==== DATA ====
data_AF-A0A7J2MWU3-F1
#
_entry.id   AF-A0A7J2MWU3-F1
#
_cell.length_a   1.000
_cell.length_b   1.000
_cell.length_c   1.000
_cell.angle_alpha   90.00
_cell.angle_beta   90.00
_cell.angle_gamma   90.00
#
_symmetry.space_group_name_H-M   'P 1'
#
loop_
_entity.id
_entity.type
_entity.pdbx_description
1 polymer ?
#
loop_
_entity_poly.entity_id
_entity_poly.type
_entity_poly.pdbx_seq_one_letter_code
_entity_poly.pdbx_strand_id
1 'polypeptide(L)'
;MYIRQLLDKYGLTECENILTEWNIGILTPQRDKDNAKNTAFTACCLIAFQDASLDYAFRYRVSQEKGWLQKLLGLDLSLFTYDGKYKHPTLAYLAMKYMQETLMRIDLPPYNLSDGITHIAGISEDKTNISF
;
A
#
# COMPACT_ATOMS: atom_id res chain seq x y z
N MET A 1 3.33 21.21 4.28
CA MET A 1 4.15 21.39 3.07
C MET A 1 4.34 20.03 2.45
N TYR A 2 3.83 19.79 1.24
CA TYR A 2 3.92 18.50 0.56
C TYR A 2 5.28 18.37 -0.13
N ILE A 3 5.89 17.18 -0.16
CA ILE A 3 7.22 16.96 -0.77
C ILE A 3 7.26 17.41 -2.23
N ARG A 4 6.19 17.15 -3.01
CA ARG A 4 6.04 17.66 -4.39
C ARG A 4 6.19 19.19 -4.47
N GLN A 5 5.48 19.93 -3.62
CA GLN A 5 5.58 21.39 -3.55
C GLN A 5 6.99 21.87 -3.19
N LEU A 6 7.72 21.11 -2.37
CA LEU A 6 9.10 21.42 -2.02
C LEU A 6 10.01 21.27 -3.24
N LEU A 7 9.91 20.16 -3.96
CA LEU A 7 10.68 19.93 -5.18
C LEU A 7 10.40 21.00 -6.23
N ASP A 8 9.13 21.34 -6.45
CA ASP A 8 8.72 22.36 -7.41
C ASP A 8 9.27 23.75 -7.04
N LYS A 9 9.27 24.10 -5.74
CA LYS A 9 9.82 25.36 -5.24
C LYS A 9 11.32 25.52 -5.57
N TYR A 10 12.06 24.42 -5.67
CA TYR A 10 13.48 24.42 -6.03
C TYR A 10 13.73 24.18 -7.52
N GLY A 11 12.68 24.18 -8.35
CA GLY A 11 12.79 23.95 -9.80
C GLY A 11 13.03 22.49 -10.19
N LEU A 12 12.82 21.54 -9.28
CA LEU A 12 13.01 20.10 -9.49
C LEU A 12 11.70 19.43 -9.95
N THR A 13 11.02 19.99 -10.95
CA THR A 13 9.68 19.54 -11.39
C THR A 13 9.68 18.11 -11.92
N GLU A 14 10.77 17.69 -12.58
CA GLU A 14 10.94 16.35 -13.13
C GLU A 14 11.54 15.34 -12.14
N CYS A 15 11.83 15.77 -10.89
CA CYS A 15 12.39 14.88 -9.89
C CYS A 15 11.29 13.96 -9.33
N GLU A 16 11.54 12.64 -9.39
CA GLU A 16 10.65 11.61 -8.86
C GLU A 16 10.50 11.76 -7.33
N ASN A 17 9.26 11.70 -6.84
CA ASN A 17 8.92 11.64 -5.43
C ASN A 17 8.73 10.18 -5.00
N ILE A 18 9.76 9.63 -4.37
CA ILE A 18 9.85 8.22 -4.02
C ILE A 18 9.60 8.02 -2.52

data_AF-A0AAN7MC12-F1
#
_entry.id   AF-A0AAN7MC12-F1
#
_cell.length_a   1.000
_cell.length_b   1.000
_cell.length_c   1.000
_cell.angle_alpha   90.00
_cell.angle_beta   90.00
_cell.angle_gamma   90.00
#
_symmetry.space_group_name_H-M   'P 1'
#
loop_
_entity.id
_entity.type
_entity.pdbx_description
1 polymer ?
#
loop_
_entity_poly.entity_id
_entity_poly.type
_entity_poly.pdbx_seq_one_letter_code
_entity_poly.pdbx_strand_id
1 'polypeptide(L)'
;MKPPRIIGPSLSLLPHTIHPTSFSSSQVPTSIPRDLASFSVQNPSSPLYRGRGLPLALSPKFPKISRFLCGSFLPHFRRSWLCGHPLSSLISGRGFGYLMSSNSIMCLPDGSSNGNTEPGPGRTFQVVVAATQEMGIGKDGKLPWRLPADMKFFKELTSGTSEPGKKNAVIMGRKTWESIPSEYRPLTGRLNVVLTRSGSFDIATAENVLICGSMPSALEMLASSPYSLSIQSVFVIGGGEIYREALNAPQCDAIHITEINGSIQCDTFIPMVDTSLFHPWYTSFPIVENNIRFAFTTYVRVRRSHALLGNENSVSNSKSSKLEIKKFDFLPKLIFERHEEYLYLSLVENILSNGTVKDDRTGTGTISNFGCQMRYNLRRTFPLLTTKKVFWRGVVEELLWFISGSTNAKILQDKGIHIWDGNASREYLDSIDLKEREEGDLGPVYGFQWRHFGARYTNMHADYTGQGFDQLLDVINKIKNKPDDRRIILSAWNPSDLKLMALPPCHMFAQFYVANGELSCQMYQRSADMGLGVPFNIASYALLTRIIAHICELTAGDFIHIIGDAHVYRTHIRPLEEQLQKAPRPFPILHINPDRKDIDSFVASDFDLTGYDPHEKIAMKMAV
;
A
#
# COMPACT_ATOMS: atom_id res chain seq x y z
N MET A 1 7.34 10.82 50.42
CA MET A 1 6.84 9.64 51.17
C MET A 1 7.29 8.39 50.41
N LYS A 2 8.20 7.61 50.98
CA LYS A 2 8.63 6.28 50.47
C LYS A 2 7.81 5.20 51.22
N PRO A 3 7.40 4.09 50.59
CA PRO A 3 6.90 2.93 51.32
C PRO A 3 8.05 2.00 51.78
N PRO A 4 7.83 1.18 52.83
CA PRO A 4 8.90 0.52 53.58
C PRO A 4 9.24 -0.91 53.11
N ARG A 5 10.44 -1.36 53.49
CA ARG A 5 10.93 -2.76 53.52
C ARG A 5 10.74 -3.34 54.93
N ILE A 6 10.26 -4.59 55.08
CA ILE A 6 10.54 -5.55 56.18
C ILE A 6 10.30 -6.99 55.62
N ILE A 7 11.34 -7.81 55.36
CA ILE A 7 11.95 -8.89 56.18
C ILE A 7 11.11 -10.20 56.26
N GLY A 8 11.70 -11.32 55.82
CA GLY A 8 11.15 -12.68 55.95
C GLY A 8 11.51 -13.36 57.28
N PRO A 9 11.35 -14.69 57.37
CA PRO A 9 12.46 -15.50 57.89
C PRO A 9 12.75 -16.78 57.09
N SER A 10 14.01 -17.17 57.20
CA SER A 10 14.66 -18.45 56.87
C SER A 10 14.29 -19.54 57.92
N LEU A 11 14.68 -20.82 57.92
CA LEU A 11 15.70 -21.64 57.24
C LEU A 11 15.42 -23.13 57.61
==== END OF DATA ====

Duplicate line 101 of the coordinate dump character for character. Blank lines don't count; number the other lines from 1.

_entity.pdbx_description